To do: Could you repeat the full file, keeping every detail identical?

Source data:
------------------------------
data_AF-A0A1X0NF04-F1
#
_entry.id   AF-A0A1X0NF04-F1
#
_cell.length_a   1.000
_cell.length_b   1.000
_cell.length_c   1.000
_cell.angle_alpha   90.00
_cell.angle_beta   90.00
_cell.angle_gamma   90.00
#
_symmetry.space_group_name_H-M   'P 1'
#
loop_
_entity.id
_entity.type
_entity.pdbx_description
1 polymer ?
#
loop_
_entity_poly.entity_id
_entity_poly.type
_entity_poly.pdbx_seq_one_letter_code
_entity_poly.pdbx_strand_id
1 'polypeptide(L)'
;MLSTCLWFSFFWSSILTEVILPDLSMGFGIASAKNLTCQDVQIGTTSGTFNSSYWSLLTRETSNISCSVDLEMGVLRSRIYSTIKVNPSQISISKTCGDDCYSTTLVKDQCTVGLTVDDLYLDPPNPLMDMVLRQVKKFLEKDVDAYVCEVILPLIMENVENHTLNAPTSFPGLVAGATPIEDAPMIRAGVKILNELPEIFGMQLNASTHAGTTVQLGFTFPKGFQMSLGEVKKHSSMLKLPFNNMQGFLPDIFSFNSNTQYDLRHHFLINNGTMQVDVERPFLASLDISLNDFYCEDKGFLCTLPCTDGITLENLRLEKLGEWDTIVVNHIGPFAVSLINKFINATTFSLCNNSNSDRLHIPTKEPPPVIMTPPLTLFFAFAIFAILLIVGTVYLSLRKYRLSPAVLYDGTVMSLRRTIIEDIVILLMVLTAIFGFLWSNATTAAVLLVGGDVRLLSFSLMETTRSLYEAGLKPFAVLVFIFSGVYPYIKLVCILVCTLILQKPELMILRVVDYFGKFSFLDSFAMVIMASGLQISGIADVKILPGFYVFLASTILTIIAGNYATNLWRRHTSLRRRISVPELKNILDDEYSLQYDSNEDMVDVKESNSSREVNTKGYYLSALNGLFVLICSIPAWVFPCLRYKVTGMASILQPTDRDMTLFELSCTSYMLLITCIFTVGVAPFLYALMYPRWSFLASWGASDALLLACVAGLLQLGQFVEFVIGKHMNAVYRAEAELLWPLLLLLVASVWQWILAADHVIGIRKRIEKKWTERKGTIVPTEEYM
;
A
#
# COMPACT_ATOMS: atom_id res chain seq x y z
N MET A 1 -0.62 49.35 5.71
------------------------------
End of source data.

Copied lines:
data_AF-A0A1X0NF04-F1
#
_entry.id   AF-A0A1X0NF04-F1
#
_cell.length_a   1.000
_cell.length_b   1.000
_cell.length_c   1.000
_cell.angle_alpha   90.00
_cell.angle_beta   90.00
_cell.angle_gamma   90.00
#
_symmetry.space_group_name_H-M   'P 1'
#
loop_
_entity.id
_entity.type
_entity.pdbx_description
1 polymer ?
#
loop_
_entity_poly.entity_id
_entity_poly.type
_entity_poly.pdbx_seq_one_letter_code
_entity_poly.pdbx_strand_id
1 'polypeptide(L)'
;MLSTCLWFSFFWSSILTEVILPDLSMGFGIASAKNLTCQDVQIGTTSGTFNSSYWSLLTRETSNISCSVDLEMGVLRSRIYSTIKVNPSQISISKTCGDDCYSTTLVKDQCTVGLTVDDLYLDPPNPLMDMVLRQVKKFLEKDVDAYVCEVILPLIMENVENHTLNAPTSFPGLVAGATPIEDAPMIRAGVKILNELPEIFGMQLNASTHAGTTVQLGFTFPKGFQMSLGEVKKHSSMLKLPFNNMQGFLPDIFSFNSNTQYDLRHHFLINNGTMQVDVERPFLASLDISLNDFYCEDKGFLCTLPCTDGITLENLRLEKLGEWDTIVVNHIGPFAVSLINKFINATTFSLCNNSNSDRLHIPTKEPPPVIMTPPLTLFFAFAIFAILLIVGTVYLSLRKYRLSPAVLYDGTVMSLRRTIIEDIVILLMVLTAIFGFLWSNATTAAVLLVGGDVRLLSFSLMETTRSLYEAGLKPFAVLVFIFSGVYPYIKLVCILVCTLILQKPELMILRVVDYFGKFSFLDSFAMVIMASGLQISGIADVKILPGFYVFLASTILTIIAGNYATNLWRRHTSLRRRISVPELKNILDDEYSLQYDSNEDMVDVKESNSSREVNTKGYYLSALNGLFVLICSIPAWVFPCLRYKVTGMASILQPTDRDMTLFELSCTSYMLLITCIFTVGVAPFLYALMYPRWSFLASWGASDALLLACVAGLLQLGQFVEFVIGKHMNAVYRAEAELLWPLLLLLVASVWQWILAADHVIGIRKRIEKKWTERKGTIVPTEEYM
;
A
#
# COMPACT_ATOMS: atom_id res chain seq x y z
N MET A 1 -0.62 49.35 5.71